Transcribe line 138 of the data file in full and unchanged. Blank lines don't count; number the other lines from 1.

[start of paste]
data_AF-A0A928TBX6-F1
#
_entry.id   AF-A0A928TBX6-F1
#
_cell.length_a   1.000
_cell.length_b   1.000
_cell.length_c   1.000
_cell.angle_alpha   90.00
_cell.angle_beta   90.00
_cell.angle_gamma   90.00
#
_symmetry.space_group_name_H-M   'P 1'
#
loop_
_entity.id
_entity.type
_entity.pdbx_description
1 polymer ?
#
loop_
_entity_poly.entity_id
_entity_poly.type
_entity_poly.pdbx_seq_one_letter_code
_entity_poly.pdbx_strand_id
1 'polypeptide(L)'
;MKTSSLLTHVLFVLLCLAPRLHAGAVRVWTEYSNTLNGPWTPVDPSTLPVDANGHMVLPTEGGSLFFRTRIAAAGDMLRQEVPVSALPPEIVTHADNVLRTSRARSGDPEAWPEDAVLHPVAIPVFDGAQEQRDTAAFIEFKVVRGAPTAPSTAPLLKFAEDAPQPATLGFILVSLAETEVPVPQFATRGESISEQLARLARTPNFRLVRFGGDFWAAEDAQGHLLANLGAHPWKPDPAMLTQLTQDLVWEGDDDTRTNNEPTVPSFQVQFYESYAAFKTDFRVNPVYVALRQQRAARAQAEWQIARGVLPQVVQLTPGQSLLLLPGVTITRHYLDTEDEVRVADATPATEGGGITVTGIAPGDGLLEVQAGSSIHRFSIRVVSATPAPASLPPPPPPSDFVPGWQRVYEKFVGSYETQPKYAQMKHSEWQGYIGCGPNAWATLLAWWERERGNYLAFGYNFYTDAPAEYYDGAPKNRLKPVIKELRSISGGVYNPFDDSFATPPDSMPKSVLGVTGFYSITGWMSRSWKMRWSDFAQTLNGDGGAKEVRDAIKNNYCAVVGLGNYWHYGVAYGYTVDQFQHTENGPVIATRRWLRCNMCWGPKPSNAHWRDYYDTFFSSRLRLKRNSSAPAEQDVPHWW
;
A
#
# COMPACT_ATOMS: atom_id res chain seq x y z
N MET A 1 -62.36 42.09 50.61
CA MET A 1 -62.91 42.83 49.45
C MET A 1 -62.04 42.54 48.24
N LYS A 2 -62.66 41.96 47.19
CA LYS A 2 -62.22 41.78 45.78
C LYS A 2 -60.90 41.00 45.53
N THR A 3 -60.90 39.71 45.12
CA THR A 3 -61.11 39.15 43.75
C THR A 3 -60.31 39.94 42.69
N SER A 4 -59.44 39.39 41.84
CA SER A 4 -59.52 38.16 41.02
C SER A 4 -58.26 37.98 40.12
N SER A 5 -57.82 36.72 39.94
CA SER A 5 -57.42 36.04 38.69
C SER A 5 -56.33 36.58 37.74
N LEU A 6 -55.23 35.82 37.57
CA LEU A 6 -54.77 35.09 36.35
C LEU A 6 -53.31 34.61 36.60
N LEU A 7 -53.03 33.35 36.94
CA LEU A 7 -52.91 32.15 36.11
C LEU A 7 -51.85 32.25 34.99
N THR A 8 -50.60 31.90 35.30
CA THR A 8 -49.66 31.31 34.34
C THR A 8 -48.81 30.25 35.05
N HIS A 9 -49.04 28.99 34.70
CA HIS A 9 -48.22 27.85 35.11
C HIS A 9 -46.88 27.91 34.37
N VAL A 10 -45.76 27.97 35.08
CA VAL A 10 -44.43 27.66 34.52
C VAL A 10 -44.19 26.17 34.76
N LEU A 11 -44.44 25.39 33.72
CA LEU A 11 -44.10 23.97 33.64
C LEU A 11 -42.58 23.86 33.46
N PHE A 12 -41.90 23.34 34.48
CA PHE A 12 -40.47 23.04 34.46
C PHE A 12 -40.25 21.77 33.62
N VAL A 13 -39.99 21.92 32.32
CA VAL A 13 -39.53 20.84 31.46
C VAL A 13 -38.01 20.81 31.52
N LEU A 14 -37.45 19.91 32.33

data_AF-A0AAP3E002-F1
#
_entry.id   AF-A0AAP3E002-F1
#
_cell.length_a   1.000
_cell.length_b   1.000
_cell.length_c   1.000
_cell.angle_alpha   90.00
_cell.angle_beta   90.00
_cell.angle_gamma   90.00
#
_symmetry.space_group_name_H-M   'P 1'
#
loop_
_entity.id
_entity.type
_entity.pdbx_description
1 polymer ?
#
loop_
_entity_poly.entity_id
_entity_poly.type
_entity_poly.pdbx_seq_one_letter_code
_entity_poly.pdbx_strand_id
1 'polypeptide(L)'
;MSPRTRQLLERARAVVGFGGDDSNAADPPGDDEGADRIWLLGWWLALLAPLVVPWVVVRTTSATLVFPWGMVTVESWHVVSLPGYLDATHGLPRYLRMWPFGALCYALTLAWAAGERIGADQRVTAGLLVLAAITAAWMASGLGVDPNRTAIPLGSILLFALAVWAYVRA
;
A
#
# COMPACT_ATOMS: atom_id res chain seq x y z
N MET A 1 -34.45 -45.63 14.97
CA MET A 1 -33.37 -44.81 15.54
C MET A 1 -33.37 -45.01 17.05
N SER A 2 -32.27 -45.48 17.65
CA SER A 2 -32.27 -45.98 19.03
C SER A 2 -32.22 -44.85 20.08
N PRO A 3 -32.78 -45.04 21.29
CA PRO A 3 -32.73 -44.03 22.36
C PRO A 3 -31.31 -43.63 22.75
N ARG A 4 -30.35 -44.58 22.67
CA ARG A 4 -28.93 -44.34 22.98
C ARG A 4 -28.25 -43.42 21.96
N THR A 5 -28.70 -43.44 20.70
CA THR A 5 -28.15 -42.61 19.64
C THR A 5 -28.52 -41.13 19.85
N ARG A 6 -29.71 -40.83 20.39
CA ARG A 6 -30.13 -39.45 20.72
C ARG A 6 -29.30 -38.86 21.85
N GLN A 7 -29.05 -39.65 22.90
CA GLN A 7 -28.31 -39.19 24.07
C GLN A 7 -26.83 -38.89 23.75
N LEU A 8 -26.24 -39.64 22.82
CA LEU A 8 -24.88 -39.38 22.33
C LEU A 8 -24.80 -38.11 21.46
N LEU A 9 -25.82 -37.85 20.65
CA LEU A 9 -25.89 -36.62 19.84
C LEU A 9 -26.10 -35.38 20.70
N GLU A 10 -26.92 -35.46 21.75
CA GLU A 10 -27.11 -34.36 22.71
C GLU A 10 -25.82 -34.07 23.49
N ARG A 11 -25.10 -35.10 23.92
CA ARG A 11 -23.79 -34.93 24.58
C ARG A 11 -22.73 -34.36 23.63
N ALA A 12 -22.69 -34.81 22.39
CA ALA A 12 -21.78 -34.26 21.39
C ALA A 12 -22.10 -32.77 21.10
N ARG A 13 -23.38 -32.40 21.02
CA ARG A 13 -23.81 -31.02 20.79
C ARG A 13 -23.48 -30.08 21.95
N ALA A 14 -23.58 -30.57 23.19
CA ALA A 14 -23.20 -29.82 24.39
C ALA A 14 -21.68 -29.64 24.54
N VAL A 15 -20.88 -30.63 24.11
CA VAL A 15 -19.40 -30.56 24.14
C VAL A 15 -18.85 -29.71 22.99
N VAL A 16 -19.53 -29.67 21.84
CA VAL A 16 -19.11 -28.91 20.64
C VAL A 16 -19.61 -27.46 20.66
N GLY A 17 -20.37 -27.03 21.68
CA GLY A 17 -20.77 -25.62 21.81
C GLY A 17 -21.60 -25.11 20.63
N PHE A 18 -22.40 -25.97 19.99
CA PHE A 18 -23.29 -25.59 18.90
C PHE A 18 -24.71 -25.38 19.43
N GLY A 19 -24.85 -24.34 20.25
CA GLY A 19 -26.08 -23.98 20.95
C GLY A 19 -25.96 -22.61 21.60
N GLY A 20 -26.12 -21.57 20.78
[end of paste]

CA ARG A 13 -23.81 -31.02 20.79